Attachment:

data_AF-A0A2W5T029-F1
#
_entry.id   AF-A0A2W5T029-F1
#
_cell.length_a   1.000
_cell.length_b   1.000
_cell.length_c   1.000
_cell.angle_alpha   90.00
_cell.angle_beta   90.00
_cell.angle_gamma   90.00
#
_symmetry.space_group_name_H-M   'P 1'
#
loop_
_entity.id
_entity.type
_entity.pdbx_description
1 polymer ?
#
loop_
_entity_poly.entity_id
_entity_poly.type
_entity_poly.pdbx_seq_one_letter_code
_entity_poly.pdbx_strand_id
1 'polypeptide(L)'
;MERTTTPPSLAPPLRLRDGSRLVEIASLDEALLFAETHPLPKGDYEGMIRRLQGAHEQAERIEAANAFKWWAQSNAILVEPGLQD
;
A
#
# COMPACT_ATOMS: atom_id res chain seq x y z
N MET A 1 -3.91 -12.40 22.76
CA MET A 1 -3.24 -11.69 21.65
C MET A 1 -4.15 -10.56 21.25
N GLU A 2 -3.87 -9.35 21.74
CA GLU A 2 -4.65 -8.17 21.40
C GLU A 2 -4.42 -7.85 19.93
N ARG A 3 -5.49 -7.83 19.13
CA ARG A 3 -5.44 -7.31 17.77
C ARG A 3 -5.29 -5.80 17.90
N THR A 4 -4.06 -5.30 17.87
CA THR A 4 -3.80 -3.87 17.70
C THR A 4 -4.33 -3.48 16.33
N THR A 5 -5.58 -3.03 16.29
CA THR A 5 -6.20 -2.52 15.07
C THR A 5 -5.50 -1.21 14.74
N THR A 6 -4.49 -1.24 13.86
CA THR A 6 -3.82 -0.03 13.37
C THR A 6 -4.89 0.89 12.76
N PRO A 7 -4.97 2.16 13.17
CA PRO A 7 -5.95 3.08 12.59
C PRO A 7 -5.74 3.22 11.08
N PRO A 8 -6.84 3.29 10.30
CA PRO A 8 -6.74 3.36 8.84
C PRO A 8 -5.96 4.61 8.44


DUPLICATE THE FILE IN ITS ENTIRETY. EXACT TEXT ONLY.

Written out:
data_AF-A0A2W5T029-F1
#
_entry.id   AF-A0A2W5T029-F1
#
_cell.length_a   1.000
_cell.length_b   1.000
_cell.length_c   1.000
_cell.angle_alpha   90.00
_cell.angle_beta   90.00
_cell.angle_gamma   90.00
#
_symmetry.space_group_name_H-M   'P 1'
#
loop_
_entity.id
_entity.type
_entity.pdbx_description
1 polymer ?
#
loop_
_entity_poly.entity_id
_entity_poly.type
_entity_poly.pdbx_seq_one_letter_code
_entity_poly.pdbx_strand_id
1 'polypeptide(L)'
;MERTTTPPSLAPPLRLRDGSRLVEIASLDEALLFAETHPLPKGDYEGMIRRLQGAHEQAERIEAANAFKWWAQSNAILVEPGLQD
;
A
#
# COMPACT_ATOMS: atom_id res chain seq x y z
N MET A 1 -3.91 -12.40 22.76
CA MET A 1 -3.24 -11.69 21.65
C MET A 1 -4.15 -10.56 21.25
N GLU A 2 -3.87 -9.35 21.74
CA GLU A 2 -4.65 -8.17 21.40
C GLU A 2 -4.42 -7.85 19.93
N ARG A 3 -5.49 -7.83 19.13
CA ARG A 3 -5.44 -7.31 17.77
C ARG A 3 -5.29 -5.80 17.90
N THR A 4 -4.06 -5.30 17.87
CA THR A 4 -3.80 -3.87 17.70
C THR A 4 -4.33 -3.48 16.33
N THR A 5 -5.58 -3.03 16.29
CA THR A 5 -6.20 -2.52 15.07
C THR A 5 -5.50 -1.21 14.74
N THR A 6 -4.49 -1.24 13.86
CA THR A 6 -3.82 -0.03 13.37
C THR A 6 -4.89 0.89 12.76
N PRO A 7 -4.97 2.16 13.17
CA PRO A 7 -5.95 3.08 12.59
C PRO A 7 -5.74 3.22 11.08
N PRO A 8 -6.84 3.29 10.30
CA PRO A 8 -6.74 3.36 8.84
C PRO A 8 -5.96 4.61 8.44